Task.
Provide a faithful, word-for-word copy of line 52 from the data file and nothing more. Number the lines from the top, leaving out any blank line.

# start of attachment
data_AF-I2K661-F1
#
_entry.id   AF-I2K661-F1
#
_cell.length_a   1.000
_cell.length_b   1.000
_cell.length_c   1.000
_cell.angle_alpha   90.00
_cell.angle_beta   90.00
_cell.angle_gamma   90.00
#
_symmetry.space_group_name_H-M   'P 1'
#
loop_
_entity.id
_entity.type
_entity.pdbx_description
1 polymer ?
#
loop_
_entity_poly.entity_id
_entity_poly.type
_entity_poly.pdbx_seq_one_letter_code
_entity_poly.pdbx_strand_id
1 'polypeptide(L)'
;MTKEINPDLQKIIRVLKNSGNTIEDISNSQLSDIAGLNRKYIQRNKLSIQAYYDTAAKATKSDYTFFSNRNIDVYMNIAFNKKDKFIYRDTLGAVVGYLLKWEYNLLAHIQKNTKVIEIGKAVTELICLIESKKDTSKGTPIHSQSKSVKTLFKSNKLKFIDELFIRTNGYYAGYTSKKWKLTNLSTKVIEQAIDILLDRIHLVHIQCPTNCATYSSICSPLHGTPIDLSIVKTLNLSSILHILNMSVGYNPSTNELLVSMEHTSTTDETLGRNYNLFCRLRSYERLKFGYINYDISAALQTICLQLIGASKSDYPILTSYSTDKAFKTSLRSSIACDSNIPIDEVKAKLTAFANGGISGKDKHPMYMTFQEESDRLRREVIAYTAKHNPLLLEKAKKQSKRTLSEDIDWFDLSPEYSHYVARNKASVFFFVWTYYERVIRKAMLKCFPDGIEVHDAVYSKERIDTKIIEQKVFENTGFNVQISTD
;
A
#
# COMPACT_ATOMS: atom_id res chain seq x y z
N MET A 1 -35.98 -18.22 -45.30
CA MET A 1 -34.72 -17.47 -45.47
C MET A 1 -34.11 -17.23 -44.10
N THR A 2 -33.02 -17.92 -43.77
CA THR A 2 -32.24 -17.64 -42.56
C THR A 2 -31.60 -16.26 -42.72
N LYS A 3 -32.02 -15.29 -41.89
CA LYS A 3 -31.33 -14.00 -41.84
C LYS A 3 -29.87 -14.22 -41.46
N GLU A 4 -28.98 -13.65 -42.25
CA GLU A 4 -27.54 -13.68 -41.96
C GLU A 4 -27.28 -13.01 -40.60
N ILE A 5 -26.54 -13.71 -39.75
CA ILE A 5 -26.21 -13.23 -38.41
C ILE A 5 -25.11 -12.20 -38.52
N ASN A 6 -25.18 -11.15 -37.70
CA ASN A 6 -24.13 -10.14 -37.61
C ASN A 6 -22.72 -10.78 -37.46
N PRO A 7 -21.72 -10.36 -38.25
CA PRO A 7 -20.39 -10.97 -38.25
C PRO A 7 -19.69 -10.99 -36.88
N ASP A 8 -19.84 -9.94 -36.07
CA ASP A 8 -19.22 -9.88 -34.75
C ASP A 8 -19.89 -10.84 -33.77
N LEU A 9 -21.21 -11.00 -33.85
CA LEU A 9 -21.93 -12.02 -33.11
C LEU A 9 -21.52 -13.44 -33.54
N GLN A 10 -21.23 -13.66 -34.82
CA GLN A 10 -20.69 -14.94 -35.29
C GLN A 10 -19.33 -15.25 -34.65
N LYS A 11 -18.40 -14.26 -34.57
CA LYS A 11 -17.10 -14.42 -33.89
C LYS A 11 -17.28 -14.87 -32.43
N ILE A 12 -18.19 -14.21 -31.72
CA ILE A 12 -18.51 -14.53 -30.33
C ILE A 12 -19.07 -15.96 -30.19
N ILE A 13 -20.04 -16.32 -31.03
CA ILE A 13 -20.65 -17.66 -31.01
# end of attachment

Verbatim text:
N ASP A 8 -19.84 -9.94 -36.07